“It was pretty awesome to almost score,” said Meester. When we came in on Wednesday, I found deep in the playbook an O-Line screen to Brad. I was nervous about it. I’ve never played another position.”

Meester admitted it was a tough play.

“I was exhausted, but that’s something I’ll always remember the rest of my life,” he said.

On the next play, Henne put one high in the air and Marcedes Lewis went up and grabbed it for a four yard touchdown, giving the Jaguars the lead.

2. Jaguars Defense Much Different-What a difference a year makes. Of the 11 players who started on defense for the Jaguars, only three of them were starters this time last year (Paul Posluszny, Tyson Alualu and Jason Babin). The Jaguars figure to have more stability heading to next year, especially considering the entire starting defensive secondary was new this year and consists of three rookies.

3. Jaguars Couldn’t Stop the Run-The Jaguars defense gave up 68 rushing yards in the first half, but after halftime, Tennessee piled up 114 yards on the ground. With the Jaguars already missing linebacker Russell Allen, defensive tackle Roy Miller and linebacker Geno Hayes do to injuries, and then losing cornerback Dwayne Gratz and defensive tackle Brandon Deaderick, Jacksonville was thin on that side of the ball. Chris Johnson and Shon Greene both took advantage.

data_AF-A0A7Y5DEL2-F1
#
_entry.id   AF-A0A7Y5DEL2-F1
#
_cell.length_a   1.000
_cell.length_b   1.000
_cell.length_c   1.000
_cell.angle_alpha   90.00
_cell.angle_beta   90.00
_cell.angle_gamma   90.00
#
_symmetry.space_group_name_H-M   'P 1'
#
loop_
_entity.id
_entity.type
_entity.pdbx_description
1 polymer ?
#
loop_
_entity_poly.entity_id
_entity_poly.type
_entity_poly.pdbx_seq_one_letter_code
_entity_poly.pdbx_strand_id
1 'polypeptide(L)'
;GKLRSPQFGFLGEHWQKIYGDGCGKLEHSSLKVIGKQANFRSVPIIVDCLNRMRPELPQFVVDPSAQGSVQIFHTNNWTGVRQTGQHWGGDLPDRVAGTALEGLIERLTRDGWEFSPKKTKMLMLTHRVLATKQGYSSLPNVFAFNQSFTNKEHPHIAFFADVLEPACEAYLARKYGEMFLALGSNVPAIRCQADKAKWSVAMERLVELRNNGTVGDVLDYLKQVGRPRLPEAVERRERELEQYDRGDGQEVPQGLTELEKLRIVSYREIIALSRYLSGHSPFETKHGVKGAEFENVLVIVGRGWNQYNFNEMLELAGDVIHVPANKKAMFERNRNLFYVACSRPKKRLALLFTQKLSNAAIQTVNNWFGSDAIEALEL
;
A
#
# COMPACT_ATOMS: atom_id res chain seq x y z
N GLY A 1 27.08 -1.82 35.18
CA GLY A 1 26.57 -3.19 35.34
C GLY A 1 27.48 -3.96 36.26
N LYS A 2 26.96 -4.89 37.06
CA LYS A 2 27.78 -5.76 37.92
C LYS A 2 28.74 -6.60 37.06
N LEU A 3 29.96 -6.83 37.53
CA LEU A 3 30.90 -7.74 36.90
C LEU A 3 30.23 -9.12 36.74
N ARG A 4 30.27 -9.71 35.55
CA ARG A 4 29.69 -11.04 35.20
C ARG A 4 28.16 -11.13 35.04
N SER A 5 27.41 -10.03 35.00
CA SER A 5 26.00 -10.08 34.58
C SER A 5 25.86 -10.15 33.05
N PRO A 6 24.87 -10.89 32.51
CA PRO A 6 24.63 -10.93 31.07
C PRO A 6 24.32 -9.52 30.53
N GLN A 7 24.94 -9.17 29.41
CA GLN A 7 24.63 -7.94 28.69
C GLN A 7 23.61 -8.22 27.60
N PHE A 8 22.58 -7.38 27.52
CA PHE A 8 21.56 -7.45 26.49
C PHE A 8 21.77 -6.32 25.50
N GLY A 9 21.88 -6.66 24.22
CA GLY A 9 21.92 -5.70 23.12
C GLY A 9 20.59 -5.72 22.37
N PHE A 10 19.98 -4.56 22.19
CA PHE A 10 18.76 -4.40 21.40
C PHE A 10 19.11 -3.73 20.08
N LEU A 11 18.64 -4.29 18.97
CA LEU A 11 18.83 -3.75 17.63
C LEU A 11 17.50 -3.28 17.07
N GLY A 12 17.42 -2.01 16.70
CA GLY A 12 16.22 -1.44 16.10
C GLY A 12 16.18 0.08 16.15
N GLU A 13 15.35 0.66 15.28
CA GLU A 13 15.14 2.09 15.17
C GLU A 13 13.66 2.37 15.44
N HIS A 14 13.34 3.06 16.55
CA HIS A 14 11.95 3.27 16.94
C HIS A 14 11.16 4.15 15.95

4. Second Hall Offensive Struggles-The Jaguars were unable to sustain and substantial drives in the second half of the game. There were moments when the Jaguars moved the ball well, especially in the no-huddle, up tempo offensive approach. I suspect that we’ll see more of that approach next year, when most of the players will have gotten comfortable with Jedd Fisch’s system. As a side note, none of the Jaguars wide receivers who played against the Titans had an NFL catch before this year.

5. Chad Henne’s day-For the second straight week, Henne threw a late interception that cost the Jaguars the game. Last week, the pick in the end zone was due in part to a holding call on receiver Mike Brown that wasn’t called. This time, Henne tried to force the ball into double coverage in the middle of the field to Marcedes Lewis. The ball was picked off by safety George Wilson to clinch the win for the Titans. Henne finished the game 24/34 for 237 yards, two touchdowns and the interception.